“ASD focus will shift and broaden,” said Burgess, “the Centre’s focus will cover business, community and government, backed with the full support of the ASD. My expectations for the Centre include, comprehensively understanding the cyber threat to Australia, providing timely proactive advice and assistance that makes a real difference across the community, business and Government. The Centre’s work must lead to an improvement in the identification and management of cybersecurity risk for all Australians. My key priorities for the next 12 months include a national assessment on Australian cybersecurity, with an initial focus on critical infrastructure. Collaboration with major internet service providers and critical infrastructure providers to drive out known problems and equally important, identify first seen new threats. Executing counter cybercrime campaigns will also be a priority, as will outreach and influence to improve the identification and management of cybersecurity risk.
We live in a connected world. Everything is being digitalised and everything is being connected and everything is driven by software. There is no doubt the full potential of this is yet to be fully realised. However, with these same benefits comes some serious risk. In this digitalised world it is timely to remind ourselves that security also includes integrity and availability, not just confidentiality. We all have much to do.”
Alastair MacGibbon, National Cyber Security Adviser and head of the Australian Cyber Security Centre outlined the top level threats and activities. “We do security for the purposes of enabling of opportunities. Time for incremental shift is over and there is an ambition and expectation to do more.” Describing the 2016 Cyber Security Strategy as now being in a state of accelerated cybersecurity strategy plus, MacGibbon confirmed the Government is seeking to be doing things faster and with more ambition.
The Census failure in resilience helped change the political dialogue. WannaCry and Not-Petya ransomware attacks helped educate on how fast things can spread and the Russian interference in the US elections has shown the threat to democratic systems. With the Notifiable Data Breach legislation, and the OAIC releasing NDB statistics this week, it is clear that since the since the 2016 Cyber Security Strategy, there has been significant changes to the government ecosystem.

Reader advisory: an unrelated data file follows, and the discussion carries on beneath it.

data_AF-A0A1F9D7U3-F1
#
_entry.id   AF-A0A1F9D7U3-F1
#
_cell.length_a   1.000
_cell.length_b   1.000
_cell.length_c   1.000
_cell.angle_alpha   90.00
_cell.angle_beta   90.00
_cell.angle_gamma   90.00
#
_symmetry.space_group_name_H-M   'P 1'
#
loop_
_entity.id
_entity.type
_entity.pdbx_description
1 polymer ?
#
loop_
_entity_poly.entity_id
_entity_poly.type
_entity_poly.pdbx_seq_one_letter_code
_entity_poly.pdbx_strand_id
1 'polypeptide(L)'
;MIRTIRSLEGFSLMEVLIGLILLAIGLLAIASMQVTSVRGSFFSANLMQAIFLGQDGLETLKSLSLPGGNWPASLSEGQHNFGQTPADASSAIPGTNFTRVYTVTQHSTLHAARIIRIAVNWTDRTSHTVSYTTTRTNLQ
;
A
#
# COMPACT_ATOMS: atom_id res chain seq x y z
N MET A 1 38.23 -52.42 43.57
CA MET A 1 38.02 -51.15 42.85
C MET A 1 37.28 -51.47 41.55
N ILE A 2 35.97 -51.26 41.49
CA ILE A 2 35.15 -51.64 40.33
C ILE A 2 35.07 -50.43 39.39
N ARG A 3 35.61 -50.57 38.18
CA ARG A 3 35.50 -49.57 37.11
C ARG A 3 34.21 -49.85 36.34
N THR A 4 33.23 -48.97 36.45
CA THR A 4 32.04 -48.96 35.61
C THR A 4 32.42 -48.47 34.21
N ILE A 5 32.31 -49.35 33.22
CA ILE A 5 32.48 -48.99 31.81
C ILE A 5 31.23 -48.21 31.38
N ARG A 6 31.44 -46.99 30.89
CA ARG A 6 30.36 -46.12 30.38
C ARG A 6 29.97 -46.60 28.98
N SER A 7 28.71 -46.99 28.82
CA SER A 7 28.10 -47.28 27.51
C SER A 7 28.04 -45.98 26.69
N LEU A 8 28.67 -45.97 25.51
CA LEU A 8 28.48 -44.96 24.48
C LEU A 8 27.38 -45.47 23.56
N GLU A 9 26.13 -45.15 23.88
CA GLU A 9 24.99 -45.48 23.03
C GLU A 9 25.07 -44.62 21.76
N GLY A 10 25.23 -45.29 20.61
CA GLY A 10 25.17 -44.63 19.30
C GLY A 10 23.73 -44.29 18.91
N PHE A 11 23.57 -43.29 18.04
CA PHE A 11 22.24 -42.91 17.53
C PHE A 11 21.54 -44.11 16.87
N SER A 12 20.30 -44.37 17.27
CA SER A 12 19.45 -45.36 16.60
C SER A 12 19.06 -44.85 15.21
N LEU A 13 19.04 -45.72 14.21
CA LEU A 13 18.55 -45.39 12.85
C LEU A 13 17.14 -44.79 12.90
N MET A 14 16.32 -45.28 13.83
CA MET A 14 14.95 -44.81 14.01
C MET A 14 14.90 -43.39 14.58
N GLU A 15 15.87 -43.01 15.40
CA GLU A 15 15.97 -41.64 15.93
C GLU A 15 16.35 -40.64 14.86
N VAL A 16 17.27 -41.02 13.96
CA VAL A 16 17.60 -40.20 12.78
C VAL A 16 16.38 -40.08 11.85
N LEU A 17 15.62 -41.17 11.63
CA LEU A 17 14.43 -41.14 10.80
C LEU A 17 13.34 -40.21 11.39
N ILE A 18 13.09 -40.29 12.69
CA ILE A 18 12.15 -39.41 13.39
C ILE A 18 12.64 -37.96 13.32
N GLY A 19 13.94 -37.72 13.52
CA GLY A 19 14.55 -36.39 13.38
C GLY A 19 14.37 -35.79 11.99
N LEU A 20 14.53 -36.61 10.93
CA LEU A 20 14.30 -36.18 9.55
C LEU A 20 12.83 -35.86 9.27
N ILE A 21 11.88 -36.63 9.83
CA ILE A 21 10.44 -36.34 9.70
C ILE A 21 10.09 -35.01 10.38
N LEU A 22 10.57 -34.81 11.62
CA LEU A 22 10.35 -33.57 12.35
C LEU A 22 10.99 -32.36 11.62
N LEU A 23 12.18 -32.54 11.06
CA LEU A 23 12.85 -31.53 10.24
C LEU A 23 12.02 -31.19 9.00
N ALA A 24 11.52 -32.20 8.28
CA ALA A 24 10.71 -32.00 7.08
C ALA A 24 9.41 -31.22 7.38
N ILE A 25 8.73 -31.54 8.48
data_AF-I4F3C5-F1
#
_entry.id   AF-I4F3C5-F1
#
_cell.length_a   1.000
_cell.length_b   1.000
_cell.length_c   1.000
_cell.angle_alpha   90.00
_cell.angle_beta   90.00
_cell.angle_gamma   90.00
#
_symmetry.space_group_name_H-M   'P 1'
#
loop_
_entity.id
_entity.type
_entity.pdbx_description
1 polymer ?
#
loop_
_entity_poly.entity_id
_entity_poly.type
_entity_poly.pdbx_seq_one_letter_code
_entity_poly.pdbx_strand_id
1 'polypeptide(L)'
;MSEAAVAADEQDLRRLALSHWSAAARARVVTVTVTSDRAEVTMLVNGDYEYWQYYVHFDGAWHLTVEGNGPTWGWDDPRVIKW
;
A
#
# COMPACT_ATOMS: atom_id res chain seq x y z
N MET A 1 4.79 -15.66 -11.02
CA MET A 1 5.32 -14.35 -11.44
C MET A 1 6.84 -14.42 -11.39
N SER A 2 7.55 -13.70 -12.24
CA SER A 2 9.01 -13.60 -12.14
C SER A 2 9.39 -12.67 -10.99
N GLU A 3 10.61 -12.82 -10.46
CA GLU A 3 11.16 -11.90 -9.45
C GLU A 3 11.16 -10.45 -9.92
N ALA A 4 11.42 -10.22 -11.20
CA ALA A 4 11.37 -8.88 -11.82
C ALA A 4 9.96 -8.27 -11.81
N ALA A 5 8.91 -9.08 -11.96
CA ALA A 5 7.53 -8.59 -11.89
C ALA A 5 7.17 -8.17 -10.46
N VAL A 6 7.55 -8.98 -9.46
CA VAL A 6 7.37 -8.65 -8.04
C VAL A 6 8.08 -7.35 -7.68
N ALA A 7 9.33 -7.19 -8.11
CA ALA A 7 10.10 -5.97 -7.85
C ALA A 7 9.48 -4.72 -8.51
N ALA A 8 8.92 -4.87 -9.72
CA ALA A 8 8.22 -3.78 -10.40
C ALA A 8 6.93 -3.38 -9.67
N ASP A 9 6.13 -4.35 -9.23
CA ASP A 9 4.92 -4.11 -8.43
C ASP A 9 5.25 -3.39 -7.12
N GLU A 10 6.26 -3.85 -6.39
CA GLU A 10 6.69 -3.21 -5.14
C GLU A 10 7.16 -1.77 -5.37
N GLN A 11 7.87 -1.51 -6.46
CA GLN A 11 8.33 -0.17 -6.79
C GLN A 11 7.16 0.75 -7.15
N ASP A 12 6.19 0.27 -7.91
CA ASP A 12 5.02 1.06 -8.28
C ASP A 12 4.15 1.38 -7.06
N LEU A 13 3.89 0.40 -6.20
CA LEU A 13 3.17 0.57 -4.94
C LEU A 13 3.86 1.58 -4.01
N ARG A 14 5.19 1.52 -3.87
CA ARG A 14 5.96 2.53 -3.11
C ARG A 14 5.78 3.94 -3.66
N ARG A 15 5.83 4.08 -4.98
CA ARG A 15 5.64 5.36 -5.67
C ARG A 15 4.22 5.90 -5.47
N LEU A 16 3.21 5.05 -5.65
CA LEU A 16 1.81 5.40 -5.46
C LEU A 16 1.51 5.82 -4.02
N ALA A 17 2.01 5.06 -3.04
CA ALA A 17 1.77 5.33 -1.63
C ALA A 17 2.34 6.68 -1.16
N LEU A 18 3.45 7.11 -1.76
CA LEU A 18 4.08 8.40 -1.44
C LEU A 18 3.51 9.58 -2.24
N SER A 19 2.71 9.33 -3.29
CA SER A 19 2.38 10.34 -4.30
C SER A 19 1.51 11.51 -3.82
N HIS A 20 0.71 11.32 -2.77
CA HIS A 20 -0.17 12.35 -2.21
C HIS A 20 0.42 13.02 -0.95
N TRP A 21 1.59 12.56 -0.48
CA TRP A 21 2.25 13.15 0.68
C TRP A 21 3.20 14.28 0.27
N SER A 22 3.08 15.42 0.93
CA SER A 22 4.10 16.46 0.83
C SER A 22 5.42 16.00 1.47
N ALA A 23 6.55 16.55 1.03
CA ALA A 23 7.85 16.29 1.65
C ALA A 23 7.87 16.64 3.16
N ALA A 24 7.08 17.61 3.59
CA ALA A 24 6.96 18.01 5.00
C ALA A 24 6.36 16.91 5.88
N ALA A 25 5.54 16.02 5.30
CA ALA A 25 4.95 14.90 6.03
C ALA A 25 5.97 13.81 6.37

Providing a top level view, MacGibbon outlined the increased sophistication in tools and tradecraft, increased infiltration and exploitation of third parties, such as global ISPs and exploitation against routers to compromise networks. “We expect more nation states to enter this field”, said MacGibbon, “and the weaponization of malware is expected to increase.” Cyber espionage is alive and well and in March the USA formally accused Russia of cyber attacks against the US energy sector since 2016. MacGibbon reported seeing more modulised processing attacks again SCADA systems to override safety systems and noted this may be indictive to how some nation states are thinking.
Alongside cyber warfare and cyber espionage, cybercriminals continue to launch large and targeted ransomware campaigns, wholesale theft of personal data and targeting attacks on banking systems and cryptocurrency exchanges. Increased credential harvesting malware and rising DDOS attacks and social engineering continues, including business email compromise. Over the next 12 months, envisioned MacGibbon, “anything worth money, criminals will try to steal.”
By Chris Cubbage, Executive Editor
MySecurity Media will release a series of podcasts interviews conducted at the ACSC Conference 2018 including interviews with Alastair MacGibbon, Liz Jakubowski, Director of Ribit.net and Rupert Taylor-Price, CEO of Vault Systems and more.